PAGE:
When Stress Brings its Own Antidote

A little bit of stress can be good for us. It can perk us up, energize us, get the blood flowing, and push us to move forward. A body reacts to stress by releasing chemicals which cause, among other things, a rise in heart rate and blood pressure, which facilitates fight, flight, or, as the case may be, finishing a paper before a deadline.

But constant stress is not good for us. Those chemicals which facilitate our fight or flight response damage blood vessels over time, make us gain weight, and make us lose sleep. So it’s important to find ways to negate that stress: deep breathing, exercise, meditation – regularly practicing these techniques helps protect and heal both mind and body from the ravages of excess tension.

Of course it’s sometimes hard to remember to breathe deeply or to take a walk when someone ticks you off while you’re in the middle of doing something else. Just yesterday morning, I had difficulty remembering to breathe deeply or take a walk when one of my sons ticked me off while I was doing dishes. The off-ticking issue involved a cell phone and a snarky comment accusing me of an invasion of his privacy (which I had not, in fact, committed, although it would have been well within parental perogative to have done so), which progressed into a gruff, teeth-clenched, really-not-overly-polite-or-nice-on-either-of-our-parts exchange of words and glares. This exchange lasted about 20 seconds, at which point another son entered the room, heard the argument, and said, “Oh, the reason your text message had been opened is that you plugged your phone in my spot overnight and I thought it was mine.”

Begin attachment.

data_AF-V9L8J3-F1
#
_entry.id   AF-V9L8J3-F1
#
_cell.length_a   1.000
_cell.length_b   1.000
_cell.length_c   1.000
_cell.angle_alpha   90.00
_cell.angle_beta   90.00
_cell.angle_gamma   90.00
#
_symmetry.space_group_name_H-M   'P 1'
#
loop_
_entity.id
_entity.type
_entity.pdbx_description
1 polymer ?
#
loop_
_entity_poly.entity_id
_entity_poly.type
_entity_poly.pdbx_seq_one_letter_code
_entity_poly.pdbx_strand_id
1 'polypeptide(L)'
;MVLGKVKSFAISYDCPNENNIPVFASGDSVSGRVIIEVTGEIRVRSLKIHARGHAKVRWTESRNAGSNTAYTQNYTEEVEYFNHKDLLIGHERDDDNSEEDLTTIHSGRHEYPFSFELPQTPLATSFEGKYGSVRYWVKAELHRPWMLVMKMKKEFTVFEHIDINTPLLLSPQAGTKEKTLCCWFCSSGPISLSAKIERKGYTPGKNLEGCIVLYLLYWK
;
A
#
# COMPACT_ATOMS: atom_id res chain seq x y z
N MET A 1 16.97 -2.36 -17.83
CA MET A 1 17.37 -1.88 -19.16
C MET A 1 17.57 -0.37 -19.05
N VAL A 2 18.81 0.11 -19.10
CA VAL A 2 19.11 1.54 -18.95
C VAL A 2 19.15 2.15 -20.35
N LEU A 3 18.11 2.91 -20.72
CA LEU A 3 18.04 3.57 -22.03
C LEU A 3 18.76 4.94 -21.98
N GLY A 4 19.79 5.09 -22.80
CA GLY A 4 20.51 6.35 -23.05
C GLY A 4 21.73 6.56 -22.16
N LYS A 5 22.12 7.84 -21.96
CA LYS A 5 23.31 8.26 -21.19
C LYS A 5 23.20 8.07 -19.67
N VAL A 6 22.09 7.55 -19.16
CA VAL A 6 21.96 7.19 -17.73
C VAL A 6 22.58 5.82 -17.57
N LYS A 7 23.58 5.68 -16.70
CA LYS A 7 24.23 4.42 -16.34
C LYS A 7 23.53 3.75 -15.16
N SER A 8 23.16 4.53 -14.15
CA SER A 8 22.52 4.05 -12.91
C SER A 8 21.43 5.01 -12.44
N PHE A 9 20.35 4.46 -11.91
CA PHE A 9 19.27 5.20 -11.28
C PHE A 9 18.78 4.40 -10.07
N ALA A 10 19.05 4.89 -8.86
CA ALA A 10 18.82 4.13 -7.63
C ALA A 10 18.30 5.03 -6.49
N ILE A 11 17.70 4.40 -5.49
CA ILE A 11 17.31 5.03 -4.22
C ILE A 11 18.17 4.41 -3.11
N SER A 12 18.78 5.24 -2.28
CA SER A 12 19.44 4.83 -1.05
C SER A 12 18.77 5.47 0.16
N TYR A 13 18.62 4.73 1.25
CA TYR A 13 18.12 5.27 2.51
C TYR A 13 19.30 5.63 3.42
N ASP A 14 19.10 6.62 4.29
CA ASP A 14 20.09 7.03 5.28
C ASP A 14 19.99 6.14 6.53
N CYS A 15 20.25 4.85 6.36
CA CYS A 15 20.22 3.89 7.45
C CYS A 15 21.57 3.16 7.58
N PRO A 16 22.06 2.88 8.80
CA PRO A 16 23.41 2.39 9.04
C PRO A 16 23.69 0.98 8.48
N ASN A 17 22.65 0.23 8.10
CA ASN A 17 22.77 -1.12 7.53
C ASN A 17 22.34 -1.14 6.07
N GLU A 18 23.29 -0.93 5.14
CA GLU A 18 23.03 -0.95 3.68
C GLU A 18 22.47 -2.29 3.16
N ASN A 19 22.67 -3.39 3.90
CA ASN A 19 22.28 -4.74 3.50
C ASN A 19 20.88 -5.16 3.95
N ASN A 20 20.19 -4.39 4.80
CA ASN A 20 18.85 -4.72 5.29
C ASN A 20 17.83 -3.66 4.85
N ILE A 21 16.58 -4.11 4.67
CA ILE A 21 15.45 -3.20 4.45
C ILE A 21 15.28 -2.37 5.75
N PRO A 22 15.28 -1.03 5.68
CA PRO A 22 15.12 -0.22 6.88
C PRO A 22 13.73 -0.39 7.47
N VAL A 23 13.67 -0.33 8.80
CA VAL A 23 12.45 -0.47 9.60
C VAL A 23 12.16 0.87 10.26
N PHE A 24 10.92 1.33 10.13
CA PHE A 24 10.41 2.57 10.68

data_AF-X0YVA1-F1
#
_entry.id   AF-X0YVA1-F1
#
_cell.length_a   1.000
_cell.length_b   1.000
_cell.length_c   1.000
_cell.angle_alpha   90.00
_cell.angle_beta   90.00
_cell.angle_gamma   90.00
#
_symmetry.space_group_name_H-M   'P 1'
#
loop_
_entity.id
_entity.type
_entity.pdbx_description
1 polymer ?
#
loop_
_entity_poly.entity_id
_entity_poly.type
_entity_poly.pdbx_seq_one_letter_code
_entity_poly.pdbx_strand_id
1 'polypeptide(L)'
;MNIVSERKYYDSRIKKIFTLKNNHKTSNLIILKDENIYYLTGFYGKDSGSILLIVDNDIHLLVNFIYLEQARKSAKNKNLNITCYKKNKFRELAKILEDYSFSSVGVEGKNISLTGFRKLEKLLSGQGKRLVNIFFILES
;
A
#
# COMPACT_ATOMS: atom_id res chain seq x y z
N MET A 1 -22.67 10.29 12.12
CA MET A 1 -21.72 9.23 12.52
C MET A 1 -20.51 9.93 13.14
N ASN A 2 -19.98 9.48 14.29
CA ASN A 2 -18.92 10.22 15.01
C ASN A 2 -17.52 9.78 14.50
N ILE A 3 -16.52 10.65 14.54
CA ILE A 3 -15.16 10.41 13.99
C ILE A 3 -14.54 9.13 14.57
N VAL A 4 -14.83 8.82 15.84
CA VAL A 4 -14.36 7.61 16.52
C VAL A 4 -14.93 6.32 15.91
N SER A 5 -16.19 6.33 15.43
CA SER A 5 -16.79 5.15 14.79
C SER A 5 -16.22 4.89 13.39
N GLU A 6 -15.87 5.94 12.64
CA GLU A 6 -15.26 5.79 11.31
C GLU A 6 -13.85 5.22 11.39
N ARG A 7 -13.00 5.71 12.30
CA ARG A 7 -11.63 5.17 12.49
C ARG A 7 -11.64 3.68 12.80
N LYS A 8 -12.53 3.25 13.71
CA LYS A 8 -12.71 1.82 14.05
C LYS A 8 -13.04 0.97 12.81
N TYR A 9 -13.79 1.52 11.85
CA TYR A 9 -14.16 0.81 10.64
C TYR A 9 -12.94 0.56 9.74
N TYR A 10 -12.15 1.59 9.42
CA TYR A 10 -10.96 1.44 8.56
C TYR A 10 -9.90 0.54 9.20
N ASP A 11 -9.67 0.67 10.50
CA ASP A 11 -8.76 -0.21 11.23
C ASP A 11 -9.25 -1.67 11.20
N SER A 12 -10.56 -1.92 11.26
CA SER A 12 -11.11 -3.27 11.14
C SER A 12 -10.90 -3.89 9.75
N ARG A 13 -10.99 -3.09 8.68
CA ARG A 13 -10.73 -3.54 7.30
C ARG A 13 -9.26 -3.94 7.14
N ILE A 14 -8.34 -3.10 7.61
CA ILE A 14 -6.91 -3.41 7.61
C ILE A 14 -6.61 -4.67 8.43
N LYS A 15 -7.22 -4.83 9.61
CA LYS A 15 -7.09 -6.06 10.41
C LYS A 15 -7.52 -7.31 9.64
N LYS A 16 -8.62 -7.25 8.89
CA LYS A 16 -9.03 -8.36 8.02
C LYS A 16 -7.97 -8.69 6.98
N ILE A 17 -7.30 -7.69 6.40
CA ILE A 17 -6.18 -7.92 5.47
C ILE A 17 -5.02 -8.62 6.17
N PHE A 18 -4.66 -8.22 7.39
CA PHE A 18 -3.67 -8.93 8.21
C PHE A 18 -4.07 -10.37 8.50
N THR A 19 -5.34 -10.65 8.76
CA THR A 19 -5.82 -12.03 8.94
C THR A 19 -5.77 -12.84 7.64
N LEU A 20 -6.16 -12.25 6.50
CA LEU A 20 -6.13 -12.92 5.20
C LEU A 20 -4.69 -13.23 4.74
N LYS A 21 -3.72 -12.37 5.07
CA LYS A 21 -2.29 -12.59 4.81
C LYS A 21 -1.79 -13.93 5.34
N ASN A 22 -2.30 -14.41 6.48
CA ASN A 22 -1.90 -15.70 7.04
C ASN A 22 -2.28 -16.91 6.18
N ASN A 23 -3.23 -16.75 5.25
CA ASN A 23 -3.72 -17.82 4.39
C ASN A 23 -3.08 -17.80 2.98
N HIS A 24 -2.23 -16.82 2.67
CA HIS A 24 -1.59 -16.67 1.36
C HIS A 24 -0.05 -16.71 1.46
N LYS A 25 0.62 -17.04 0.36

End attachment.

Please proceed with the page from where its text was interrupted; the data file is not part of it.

Brief exchange between the two boys. Smart-alec comment from the other son who had observed the whole thing. A “Sorry Mom, my bad,” from the originally obnoxious one. A few more sarcastic jabs and laughs among the three boys. I smiled a bit but was not yet ready to let go of my annoyance, so I went back to loading the dishwasher while continuing a tirade in my head.

And then the most beautiful sounds from the piano came wafting in from the living room. It was the kid with whom I was trading snarls just moments prior, playing a song he knows I love. And my anger melted away just as quickly as it had flared up. The lilting melody, the rich harmonies, the sheer beauty enveloped me. I turned off the water, walked into the living room, and watched my son’s fingers fly along the keys as his body leaned into the emotions of the song and swayed with the rhythm.

I sat and listened. And watched. And loved. And forgave. And my shoulder muscles relaxed. And my blood pressure returned to normal.

Damn, the kid’s good.

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